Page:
Roxane Gay is the bold, Black, feminist auntie you never had. The New York Times bestselling author, speaker, and scholar made her mark on the sometimes homogeneous feminist movement, highlighting intersectional issues as a Black, queer woman that often get shoved under the social justice bed frame. She even spared her talents to the Marvel Cinematic Universe, where she helped build the World of Wakanda in the 2016 book of the same name.
Gay approaches topics even she’s said she’d rather avoid, such as her body and experience with sexual assault at a young age, with grace that many of us can’t muster when filling out a birthday card. In addition to being an absolute riot on Twitter, with rich and hilarious commentary, Gay contributes to The New York Times op-ed section. Her most recent piece, posted last year, tackled the strangling hope that last year’s wave of Black Lives Matter protests brought her and many others.
Her newsletter, The Audacity, walks the line between a book lover’s dream and a feminist press haven, covering everything from the latest fiction release to the fragility of the human race. Something about Gay makes you want to listen again and again, until she’s trapped you in this mindset that anything can be changed for the better.
Gay’s writing makes you want to examine what you yourself want to avoid, and makes you ask why. She makes the frightening somehow tender, without pulling punches. If anyone on this spinning rock deserves to be listened to right now, for the sake of all of us, it’s Roxane Gay.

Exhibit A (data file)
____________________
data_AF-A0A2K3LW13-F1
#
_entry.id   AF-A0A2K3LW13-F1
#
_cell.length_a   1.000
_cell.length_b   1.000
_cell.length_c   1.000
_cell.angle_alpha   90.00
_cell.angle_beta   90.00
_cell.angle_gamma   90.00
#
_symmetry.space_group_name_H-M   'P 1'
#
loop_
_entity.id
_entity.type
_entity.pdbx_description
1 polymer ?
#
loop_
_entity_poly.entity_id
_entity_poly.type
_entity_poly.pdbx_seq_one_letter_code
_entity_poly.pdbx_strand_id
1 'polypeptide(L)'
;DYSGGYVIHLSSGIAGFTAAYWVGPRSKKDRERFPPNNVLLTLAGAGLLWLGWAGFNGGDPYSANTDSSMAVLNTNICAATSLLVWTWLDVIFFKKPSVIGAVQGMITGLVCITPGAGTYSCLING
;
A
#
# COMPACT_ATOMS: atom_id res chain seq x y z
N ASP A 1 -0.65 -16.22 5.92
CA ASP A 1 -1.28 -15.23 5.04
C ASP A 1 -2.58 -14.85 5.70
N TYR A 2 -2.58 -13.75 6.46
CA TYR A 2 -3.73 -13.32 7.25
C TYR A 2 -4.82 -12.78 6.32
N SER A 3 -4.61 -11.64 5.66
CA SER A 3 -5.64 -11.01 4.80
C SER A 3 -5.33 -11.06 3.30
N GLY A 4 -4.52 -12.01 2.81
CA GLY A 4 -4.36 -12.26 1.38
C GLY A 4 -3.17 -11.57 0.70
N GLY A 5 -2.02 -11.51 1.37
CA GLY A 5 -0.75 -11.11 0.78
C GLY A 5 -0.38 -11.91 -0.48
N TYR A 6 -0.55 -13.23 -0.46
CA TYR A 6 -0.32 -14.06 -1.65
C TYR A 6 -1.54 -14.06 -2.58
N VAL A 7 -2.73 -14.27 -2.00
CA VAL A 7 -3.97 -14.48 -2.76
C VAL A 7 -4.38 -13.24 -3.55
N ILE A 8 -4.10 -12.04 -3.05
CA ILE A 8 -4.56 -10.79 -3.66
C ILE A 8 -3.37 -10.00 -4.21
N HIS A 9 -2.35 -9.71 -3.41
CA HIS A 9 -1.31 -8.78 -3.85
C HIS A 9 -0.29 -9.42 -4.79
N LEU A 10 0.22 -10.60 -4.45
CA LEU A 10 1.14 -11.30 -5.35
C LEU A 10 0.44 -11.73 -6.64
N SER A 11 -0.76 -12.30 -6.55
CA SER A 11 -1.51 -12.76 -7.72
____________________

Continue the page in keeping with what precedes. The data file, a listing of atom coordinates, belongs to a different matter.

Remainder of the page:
Gay’s novel Bad Feminist appears on numerous reading lists, yet her novel Hunger has fallen to the wayside somewhat. The Hunger novel is captivating as it is heartbreaking, documenting Gay’s relationship with her body from childhood on, and the toll it took on her well-being to scrutinize herself over the years.
This novel will challenge your perception of fatness, and your relationship to the “perfect body” seen nearly everywhere we look. Gay offers us a look into the wall she had built between herself and acceptance, and how she eventually tore it down. Her inspiring journey to acceptance offers comfort in a world of seemingly constant rejection of the self.
Though Gay described it as “by far the hardest book I’ve ever had to write,” it’ll be the easiest book by far to read, and ultimately, love.
FEATURED IMAGE CREDITS: AMAZON, THE LOS ANGELES TIMES